Topics > Tyne and Wear > North Tyneside > Wallsend > Wallsend Colliery (1778 - 1935) > Wallsend Colliery Disaster 1835

Wallsend Colliery Disaster 1835

1835 "June 18. This afternoon about two o'clock, one of those dreadful explosions took place, which have been so lamentably frequent in mining districts, at one of Mr. Russell's collieries, at Wallsend, known by the name of the Church Pit, or Russell's Old Wallsend, by which twenty-six men and seventy-five boys lost their lives, leaving twenty-four widows and eighty-three children to lament their fate. The number of work-people employed in this colliery was about 220, one hundred and five of whom were in the mine at the time of the explosion. The colliery was inspected in the morning by the under-viewer, when it was considered to be perfectly safe ; and four " overmen" and " deputies" who were among the sufferers, had been acquainted with the pit for thirty years. The catastrophe was made known to the banksman by a considerable report, which they spoke of as being like an earth- quake, accompanied by a rushing of choke-damp to the mouth of the shaft, bringing up some of the pitmen's clothes, and other light articles from the bottom. On the alarm being given, the vicinity of the mine was soon thronged with anxious enquirers, but it was mnd impossible to enter the workings until the next day, when after-damp had partially cleared away. During this long terra! the anguish of the relations of the workmen may easily be conceived. On the following day twenty-one bodies were removed, and the work of humanity was persevered in, until all the bodiea had been found and taken to their sorrowing friends. But on the 21st, to the astonishment of every one connected with the colliery, four of the unfortunate creatures were found to be alive. They were immediately brought up with the most assiduous care, and eager hopes were infused into the hearts of many, that others would be found who had been similarly favoured. This pleasing hope was however soon dispelled. These men thus rescued from a terrible fate, could give no idea of their mode of preservation. They were at times quite delirious, and had no idea of the time which elapsed between the occurrence of the accident and that of their fortunate rescue. The scene at Wallsend on the 22nd was especially distressing; numbers were buried there, and it was a painful sight to see two and even three bodies brought from the same house and borne away amid the agonized cries of their relations. No cause could be assigned for this dreadful calamity, which was the second great explosion that had occurred at the pit."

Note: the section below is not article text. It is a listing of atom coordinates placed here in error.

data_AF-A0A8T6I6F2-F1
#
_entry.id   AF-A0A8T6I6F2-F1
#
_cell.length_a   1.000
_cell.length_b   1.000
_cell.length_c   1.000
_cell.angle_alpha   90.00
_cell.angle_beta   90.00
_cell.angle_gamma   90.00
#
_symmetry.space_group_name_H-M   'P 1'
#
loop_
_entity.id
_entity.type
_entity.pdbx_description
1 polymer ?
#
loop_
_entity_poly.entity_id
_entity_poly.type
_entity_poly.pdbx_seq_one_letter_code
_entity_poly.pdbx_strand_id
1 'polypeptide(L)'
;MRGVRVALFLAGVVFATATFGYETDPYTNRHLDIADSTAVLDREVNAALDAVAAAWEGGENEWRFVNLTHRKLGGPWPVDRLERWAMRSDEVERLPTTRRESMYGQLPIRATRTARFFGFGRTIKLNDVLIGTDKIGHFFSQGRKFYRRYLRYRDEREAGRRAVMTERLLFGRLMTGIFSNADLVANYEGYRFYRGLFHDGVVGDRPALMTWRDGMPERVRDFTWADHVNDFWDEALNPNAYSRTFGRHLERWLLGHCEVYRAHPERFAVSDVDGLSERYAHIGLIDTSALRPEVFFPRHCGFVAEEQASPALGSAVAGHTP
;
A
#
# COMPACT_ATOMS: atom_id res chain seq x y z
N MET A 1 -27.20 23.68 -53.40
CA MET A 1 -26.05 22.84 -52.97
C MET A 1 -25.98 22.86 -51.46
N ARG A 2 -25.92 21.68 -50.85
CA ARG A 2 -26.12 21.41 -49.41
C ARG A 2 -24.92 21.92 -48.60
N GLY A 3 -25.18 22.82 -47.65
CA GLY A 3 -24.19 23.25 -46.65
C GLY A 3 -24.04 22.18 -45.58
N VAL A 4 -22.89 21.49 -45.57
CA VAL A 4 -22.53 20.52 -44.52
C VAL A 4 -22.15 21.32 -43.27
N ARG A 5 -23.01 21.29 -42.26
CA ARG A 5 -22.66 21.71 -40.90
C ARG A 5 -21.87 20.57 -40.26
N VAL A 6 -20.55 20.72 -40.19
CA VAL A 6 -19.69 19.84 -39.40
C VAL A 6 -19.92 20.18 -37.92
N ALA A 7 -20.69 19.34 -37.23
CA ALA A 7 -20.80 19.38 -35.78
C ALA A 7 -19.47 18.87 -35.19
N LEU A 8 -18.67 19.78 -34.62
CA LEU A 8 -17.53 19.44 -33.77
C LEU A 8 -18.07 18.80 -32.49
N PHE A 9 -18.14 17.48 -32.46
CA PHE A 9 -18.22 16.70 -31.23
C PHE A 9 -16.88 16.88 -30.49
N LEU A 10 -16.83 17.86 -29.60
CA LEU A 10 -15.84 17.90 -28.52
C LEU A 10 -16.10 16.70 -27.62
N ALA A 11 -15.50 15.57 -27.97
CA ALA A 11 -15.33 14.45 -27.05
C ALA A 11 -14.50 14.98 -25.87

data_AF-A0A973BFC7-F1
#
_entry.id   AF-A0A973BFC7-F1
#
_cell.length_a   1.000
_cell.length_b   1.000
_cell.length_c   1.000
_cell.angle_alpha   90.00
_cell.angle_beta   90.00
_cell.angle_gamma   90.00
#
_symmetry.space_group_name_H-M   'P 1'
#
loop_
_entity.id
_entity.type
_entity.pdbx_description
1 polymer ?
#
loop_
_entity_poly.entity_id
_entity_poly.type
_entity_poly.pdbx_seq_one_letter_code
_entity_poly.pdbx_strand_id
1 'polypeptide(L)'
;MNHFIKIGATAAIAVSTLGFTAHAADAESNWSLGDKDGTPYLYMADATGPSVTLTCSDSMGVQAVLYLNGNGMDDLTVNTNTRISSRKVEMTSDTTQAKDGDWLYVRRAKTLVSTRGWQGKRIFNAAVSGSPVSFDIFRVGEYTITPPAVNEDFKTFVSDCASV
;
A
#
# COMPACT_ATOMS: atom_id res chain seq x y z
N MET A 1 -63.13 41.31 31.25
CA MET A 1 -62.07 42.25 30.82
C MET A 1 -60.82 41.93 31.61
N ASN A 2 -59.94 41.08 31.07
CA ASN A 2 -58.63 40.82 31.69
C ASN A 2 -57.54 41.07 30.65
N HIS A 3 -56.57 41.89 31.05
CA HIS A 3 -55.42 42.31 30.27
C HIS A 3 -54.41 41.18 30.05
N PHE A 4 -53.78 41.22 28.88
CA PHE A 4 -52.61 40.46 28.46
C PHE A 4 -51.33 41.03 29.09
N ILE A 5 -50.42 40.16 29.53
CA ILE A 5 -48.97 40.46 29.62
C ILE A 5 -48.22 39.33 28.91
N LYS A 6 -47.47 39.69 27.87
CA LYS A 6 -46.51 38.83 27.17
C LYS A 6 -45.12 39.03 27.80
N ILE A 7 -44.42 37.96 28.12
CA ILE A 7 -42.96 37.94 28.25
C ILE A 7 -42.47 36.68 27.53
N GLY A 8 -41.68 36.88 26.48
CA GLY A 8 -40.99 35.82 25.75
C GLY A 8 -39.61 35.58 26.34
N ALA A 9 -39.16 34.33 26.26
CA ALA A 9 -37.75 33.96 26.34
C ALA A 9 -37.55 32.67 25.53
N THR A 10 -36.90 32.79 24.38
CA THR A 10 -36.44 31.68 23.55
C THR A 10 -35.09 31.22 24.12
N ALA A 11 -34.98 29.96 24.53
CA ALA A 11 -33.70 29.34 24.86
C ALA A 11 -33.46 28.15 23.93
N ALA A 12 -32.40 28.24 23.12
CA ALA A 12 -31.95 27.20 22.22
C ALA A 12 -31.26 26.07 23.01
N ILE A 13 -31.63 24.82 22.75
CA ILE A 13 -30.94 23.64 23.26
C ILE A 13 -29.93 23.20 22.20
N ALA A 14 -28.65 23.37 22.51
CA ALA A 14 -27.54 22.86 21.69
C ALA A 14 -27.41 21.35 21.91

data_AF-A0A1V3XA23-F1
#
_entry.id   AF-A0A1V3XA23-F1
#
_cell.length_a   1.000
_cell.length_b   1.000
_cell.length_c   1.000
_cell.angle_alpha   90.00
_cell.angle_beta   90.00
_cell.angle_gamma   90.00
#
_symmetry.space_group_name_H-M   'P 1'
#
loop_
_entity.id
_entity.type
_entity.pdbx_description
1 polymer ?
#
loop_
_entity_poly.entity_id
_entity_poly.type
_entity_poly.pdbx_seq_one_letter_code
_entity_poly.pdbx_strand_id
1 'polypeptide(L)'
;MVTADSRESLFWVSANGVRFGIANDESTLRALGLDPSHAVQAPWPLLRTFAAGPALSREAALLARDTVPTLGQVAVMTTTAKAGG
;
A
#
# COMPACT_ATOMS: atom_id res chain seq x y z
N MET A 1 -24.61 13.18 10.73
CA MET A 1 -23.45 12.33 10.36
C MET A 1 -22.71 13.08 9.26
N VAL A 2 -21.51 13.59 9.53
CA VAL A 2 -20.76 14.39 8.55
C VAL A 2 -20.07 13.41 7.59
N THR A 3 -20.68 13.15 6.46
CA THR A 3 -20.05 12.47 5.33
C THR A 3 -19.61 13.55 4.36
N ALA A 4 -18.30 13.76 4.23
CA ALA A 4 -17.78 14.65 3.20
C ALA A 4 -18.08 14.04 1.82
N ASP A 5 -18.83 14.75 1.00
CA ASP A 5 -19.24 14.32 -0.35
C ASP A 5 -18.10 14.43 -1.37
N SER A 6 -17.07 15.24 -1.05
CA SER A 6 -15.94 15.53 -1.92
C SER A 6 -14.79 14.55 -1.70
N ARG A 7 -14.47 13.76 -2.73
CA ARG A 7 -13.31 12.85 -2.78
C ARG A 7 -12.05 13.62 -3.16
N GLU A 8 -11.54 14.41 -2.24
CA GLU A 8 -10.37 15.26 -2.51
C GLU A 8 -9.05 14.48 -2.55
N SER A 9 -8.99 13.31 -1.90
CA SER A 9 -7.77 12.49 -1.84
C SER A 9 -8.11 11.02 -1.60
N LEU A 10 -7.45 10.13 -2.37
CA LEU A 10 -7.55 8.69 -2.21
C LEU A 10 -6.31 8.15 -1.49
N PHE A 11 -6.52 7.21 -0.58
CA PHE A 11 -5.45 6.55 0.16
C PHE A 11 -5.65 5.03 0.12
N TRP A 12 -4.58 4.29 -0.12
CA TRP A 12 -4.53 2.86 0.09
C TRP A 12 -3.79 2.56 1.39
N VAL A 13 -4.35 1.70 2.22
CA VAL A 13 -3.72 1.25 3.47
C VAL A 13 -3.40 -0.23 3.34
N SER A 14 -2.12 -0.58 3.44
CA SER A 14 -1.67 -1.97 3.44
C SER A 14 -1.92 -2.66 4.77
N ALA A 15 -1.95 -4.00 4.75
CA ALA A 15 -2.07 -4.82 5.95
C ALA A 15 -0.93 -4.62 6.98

From: T Fordyce, J. Sykes. Local records; or, Historical register of remarkable events which have occurred in Northumberland and Durham, Newcastle-upon-Tyne, and Berwick-upon-Tweed..., published 1867

Wallsend Colliery (1778 - 1935)


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